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Loving Someone You Haven't Known

Friday, July 29, 2016

Being deeply loved by someone gives you strength, while loving someone deeply gives you courage.

Lao Tzu

 

My paternal grandmother came to this country as a young woman from Jamaica. In those days, you had to have a sponsor, someone who would house and feed you until you found employment. My grandfather saw a picture of my grandmother at a friend’s house, found out that she was single and “sent” for her. He was her sponsor. She met him and thought she could make a life with him. I am physically shaped like her (close to the ground) and I understand through stories that I have a lot of her spunk. As a small woman, she was not easily intimidated by anyone or anything. She was opinionated and loved her son with everything she had. My grandfather was a cook and my grandmother did day’s work (housekeeper), but somehow they figured out how to send their only child to college. He is a Lincoln University alum.

 

I have heard a few stories about my grandmother, mostly from my dad. My dad was in love with a lady he met when he was in college. She didn’t attend his school, but enjoyed coming to the school dances. Her name was Jessie and remained the lifelong love of his life. My grandmother didn’t like her – thought she was a round the way girl…or as Jamaican mom are notorious for, not thinking anyone was good enough for her son. Out of respect to his mom, he didn’t marry Jessie.

 

When my mom and dad got together, it was inevitable that they would marry. I was on the way so in those days, men and women did the honorable thing and married before unexpected babies showed up. My dad joined a ready-made family. Going from a single man to a new husband, stepfather to 2 teenage sons and having a new baby on the way was quite a load. He still kept careful watch over his mom who lived close by. I imagine that my grandmother noticed the pressure my dad was under…so she may have been reluctant to mention the abnormalities she was noticing in her body. By the time she mentioned it, it was past the stage where anything could be done. She died a month after I was born from breast cancer.

 

When my husband proposed to me, I was in graduate school. My dad was concerned that I would be too distracted to finish my degree.  This was so important to him because in Jamaican families, there is an unspoken expectation that each generation will do better than the previous one. My dad completed his bachelor’s degree so it was fully expected that my sister and I would get a master’s degree - which we did. We were headed to my sister’s college graduation when I had to tell my dad that I was expecting. Things didn’t go as planned that day and I wanted to tell him before we got to my mom so I had to tell him in the car. His exact response was “Holy Cow!” I promised him that I would finish on time. After the shock, he was delighted with the idea of having a grandchild…and I did finish on time.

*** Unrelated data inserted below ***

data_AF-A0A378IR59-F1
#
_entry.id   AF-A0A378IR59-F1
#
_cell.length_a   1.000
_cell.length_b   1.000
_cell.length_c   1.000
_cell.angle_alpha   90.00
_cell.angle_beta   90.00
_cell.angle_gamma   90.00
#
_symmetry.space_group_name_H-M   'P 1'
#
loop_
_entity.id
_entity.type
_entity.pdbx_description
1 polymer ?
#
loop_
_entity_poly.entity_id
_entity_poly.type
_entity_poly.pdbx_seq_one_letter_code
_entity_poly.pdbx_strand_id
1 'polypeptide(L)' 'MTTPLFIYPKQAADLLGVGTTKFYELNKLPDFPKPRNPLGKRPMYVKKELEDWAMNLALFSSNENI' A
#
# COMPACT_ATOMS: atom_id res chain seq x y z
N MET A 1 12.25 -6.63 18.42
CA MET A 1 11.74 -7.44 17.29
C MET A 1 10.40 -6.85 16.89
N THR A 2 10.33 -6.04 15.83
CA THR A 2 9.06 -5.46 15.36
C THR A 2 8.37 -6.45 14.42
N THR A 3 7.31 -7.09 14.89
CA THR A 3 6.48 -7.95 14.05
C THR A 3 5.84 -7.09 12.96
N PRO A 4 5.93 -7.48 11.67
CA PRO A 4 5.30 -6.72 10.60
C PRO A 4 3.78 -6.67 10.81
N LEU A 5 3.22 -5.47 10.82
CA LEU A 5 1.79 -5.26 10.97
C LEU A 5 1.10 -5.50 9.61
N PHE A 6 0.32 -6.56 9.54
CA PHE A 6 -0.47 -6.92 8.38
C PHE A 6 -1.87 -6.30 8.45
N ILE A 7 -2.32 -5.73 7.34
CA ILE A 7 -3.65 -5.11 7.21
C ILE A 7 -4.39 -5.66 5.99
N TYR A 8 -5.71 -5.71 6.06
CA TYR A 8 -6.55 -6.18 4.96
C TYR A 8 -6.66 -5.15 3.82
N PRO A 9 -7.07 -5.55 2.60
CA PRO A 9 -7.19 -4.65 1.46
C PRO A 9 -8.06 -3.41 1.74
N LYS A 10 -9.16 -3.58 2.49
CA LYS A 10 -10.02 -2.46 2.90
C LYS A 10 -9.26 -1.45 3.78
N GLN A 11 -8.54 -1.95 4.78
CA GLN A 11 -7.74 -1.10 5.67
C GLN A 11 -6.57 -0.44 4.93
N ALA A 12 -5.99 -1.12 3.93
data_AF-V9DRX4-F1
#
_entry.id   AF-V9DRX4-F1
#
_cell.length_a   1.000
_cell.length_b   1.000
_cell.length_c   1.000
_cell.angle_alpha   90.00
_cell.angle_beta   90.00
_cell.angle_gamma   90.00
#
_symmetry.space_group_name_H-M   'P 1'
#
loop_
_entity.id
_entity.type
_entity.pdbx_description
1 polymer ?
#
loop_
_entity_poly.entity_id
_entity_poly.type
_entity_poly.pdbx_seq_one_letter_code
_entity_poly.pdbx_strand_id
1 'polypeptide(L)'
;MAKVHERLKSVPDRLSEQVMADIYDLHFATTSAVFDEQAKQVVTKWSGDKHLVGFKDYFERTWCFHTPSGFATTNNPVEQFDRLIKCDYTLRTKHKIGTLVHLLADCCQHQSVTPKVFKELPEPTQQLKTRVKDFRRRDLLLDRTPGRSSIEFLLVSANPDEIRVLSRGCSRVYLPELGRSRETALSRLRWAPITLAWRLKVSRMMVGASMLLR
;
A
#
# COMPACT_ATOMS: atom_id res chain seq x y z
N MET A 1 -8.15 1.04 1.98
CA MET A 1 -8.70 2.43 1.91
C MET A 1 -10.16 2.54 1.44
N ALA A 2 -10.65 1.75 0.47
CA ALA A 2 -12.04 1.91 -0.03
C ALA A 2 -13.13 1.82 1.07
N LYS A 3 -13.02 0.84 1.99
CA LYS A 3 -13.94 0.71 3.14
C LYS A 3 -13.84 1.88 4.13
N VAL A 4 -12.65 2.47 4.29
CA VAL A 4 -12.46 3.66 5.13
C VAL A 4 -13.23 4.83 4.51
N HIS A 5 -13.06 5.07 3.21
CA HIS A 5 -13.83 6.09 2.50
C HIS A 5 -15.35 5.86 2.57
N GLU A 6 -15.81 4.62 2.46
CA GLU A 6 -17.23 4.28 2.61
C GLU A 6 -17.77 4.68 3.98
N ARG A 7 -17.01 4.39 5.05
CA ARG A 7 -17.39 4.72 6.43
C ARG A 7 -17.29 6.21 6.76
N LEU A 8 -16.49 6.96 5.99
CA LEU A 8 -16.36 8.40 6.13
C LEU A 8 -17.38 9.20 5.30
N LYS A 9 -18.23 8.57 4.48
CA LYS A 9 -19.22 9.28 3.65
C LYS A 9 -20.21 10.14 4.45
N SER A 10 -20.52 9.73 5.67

When my oldest was 9 months old, we moved to Atlanta so my guys had a long distance relationship with their grandparents. We visited as much as possible and it was always a delight to see each other. My dad suffered a debilitating stroke when my oldest was 6 years old. He lived two more years and then succumbed to prostate cancer. My sons have pictures of them with their grandfather, but it is hard to remember their first hand experiences. My dad left a little money which I invested to make sure each of my sons had enough money to buy a laptop before going off to college.  We have a few of my dad's things, watches, books, VHS movies, pictures and a special briefcase.  We call it the “Grampie briefcase.” We keep all of our important papers in it. It’s symbolically a safe place – as if he is still watching over and protecting us.

 

  

Anyone who knew my dad and knows my sons, says that he would be so proud of them. Whenever I can interject something that Grampie would say or think about the situation, I try to. They are the four men I love the most in this world. I just wish they had more time together. But just like I have come to love my Grandmother through stories from my dad, my sons have come to love their grandfather through my recollections. If you are wondering if it is possible to love someone you barely know, know that you can. I so value the love I received from my dad and from my grandmother through my dad...it has given me the courage and strength I needed to raise my family. Thank you!

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Who Am I?

Finding herself unexpectedly alone to raise three sons, Stephanie tells the story of 51% of the single parents today. As a divorced mom, she will share the joys and journey of raising 3 young men.

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